Juneau District Court Judge Keith Levy asked Park Myers III on Friday if he wished to make a statement before sentencing him on a probation violation stemming from big game hunting violations dating back to 2009.
Public defender Kevin Higgins whispered to Myers that he could stay seated — and Levy agreed — but Myers chose instead to face his accusers.
Afterward, Levy re-imposed and re-suspended all but 30 days to serve and extended Myers probation to two years.
Myers’ probation stems from pleading guilty to big game hunting violations, along with a co-defendant, Jeffrey Peacock, after both were arrested May 21, 2010 following a lengthy investigation by Alaska Wildlife Troopers, the U.S. Forest Service, and U.S. Fish and Wildlife Service for charges including bear baiting without a permit, three unlawful possession of game charges, hunting in a closed area, and taking big game using unlawful methods. Peacock had an additional charge of unsworn falsification. The charges stemmed from incidents in May 2009 and May 2010. All charges were class A misdemeanors. The two were given joint trial dates.
Myers was sentenced Nov. 3, 2010, to a total of 330 days in jail, all suspended; $12,500 in fines, $7,500 suspended, for a total of $5,000 due within two years, $1,100 in restitution, and hunting license revoked through three-years probation.
Peacock was sentenced Jan. 4, 2011, to three six-month jail terms, all suspended, a $2,000 fine, $6,000 restitution and three years on probation.
Myers pleaded guilty on June 2, 2011, to unemployment fraud.
Levy acknowledged that the case had emotional feelings on all sides. Levy ruled by statute on disposition on a probation violation, a crime of dishonesty, and not that the act of inadvertently shooting a wolf can change how he looks at the case, a relatively low level game violation.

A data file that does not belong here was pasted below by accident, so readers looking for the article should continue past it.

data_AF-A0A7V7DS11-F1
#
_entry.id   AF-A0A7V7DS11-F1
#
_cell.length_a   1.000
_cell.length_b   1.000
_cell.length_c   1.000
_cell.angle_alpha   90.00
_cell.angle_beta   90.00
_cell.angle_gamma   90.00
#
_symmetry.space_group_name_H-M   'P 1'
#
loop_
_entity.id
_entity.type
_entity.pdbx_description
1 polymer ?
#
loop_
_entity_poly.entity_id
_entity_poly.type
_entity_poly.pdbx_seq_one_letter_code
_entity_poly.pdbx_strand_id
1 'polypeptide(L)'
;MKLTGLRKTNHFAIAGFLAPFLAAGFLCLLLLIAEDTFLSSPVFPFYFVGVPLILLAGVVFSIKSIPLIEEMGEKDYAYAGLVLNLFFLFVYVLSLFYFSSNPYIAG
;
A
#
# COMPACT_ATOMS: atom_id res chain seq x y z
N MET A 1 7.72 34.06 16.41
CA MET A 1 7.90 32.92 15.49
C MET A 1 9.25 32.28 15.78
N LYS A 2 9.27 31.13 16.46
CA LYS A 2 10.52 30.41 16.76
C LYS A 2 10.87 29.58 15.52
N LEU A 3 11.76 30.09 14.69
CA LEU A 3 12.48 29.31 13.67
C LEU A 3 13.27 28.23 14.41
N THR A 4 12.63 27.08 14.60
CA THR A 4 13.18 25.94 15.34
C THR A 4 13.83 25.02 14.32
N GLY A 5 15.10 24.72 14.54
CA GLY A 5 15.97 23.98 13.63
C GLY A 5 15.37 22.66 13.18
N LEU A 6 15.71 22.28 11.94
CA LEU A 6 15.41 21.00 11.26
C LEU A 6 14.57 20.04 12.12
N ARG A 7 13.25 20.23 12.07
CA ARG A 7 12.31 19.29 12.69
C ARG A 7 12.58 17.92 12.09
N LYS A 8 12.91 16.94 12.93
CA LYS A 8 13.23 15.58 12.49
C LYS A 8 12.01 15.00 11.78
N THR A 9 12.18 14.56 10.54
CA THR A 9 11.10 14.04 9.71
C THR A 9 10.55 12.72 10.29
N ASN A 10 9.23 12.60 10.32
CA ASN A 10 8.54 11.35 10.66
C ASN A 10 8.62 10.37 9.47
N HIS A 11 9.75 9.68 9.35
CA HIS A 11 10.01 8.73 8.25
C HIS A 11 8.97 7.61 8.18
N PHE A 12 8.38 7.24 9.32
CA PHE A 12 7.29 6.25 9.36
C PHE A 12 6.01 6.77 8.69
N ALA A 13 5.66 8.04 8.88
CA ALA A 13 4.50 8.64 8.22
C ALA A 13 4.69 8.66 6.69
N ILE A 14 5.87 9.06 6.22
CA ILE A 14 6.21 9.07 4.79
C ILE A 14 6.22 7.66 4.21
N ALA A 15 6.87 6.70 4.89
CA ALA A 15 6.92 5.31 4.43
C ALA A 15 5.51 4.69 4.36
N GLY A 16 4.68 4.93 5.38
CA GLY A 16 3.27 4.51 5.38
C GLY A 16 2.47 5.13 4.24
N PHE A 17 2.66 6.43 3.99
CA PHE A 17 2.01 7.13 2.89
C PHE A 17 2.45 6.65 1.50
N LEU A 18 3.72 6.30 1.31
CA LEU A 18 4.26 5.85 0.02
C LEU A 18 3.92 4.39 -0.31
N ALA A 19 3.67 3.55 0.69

“I have to find a legal standing,” Levy said.
Myers chose to address a standing room only courtroom after a series of affidavits had been read by citizens who believed he had shot a beloved black wolf they called Romeo. The citizens had sought legal standing in the case.
“The last year and a half we have gone through a lot,” Myers said. “What happened that day was not premeditated. I wish I could take it back. It doesn’t make it any less wrong but I don’t believe the wolf we killed was Romeo. He weighed 72-pounds.”
Levy had to silence the courtroom as someone laughed.
Another said they would be waiting when Myers got out.
Still another called defense attorney Higgins an insulting name.
“It was not a premeditated attack on anybody,” Myers said. “I served seven years in the military to fight for people to have the rights they do. I have nothing against people who want to do what they do, for or against hunting. I am sorry I can’t take back what happened.”
Earlier, citizens Nick Jans, Harry Robinson, and the statements of Joel Bennett were heard in court. They were quoted as being affected monetarily and emotionally by the shooting of the wolf that they believed was Romeo.
Others in the courtroom said that the real Romeo was shot, skinned, and taken from Alaska in a motor home by someone else.
During the hearing, Higgins called resident Thom Buzard, a self-described law and order conservative, to the stand. Buzard stated Myers should be pay the penalty adjudicated for the crime of which he was convicted.
“That’s the way we run our lives in this country,” Buzard said. “That is the way we live. We have a constitution and laws written from a constitution.”
Buzard said that while some things said in the courtroom about Myers may or may not be true, “It is a fact he shot a killer, a predator, an animal that kills other creatures, pets, and animals of opportunity in order to survive. The black wolf, or whatever we want to call it, is or was a predator and eventually it was going to die.” Buzard further stated that if Myers violated the law for shooting the animal with a caliber rifle that was too small, then he should be punished for that.
“Beyond that,” Buzard said. “We are wasting good time and resources. We have other criminal situations that warrant a lot more attention than shooting a wolf with a .22 caliber rifle.”
Outside the courtroom, members of the Alaska Wildlife Alliance were asked why they had not been present in any of the multiple hunting and fishing violations and sentencing that had come across the bench in Juneau court the past year.
“Members of the Alaska Wildlife Alliance try to attend as many of these proceedings as possible,” AWA president Tina Brown said. “When we hear about them we send someone. Even though both the state and the defending attorney kept saying the public thinks this is only about a wolf named Romeo, the AWA is concerned that two bears and a wolf were illegally taken.”